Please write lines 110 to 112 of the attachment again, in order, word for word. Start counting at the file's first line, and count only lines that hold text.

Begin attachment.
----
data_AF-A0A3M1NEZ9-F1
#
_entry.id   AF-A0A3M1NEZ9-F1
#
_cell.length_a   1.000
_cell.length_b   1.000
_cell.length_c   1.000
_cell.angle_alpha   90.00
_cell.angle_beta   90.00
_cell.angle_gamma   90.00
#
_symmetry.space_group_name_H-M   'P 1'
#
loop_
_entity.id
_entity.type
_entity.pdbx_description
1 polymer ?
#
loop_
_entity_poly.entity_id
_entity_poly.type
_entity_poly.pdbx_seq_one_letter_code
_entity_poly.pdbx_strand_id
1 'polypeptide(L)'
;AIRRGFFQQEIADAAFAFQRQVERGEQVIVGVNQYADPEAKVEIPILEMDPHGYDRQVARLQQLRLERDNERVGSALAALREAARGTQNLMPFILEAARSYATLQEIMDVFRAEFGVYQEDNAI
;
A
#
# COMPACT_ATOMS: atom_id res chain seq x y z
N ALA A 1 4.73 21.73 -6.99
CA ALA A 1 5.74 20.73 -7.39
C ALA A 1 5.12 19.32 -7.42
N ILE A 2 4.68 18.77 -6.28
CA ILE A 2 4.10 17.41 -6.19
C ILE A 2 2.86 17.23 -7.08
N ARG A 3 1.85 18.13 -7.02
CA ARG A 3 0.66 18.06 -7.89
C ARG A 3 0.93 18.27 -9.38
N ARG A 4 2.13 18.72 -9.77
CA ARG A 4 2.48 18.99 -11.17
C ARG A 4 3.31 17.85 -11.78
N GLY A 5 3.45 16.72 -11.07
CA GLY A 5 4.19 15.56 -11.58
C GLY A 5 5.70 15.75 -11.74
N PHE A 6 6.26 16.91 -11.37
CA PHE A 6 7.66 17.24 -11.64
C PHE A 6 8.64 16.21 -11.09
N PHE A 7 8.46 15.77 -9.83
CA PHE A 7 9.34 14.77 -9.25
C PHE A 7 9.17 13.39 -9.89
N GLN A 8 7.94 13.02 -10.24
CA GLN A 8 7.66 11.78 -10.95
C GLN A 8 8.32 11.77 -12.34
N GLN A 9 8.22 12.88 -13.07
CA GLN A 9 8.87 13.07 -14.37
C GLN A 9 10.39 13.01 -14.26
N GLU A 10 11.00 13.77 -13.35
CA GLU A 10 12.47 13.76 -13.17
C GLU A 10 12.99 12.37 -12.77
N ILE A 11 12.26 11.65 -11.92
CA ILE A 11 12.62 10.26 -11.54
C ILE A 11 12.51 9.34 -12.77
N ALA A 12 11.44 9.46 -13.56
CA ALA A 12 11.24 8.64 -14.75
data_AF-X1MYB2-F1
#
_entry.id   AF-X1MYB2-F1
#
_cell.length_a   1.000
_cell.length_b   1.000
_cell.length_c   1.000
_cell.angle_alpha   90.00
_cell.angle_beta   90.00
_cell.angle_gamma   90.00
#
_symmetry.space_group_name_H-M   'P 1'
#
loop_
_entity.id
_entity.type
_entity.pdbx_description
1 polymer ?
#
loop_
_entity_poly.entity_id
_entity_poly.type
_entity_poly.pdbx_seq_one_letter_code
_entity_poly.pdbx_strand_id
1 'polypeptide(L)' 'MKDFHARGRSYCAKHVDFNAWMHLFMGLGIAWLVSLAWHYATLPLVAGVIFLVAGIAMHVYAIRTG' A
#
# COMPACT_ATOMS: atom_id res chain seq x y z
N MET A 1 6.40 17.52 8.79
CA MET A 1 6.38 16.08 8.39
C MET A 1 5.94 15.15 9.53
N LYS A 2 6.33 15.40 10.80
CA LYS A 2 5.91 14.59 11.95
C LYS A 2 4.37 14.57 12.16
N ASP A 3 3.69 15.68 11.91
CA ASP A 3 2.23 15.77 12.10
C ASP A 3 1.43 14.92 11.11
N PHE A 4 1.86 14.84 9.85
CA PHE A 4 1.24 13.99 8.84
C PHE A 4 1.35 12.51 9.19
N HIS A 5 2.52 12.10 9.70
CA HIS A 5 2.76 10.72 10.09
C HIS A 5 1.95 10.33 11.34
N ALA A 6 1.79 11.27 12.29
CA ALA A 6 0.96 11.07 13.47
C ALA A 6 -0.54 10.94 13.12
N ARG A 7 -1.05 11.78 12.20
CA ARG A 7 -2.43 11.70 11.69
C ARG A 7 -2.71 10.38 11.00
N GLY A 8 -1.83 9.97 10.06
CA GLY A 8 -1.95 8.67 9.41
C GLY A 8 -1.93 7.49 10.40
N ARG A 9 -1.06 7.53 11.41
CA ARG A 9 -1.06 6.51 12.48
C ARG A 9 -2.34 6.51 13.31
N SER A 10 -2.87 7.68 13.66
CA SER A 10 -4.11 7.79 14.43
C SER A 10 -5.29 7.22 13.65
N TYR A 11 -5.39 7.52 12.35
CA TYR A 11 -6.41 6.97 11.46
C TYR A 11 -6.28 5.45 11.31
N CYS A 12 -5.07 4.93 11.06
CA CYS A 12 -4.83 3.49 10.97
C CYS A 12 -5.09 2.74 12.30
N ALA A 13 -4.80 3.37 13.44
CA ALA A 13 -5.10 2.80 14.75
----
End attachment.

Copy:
C ALA A 6 -0.54 10.94 13.12
N ARG A 7 -1.05 11.78 12.20
CA ARG A 7 -2.43 11.70 11.69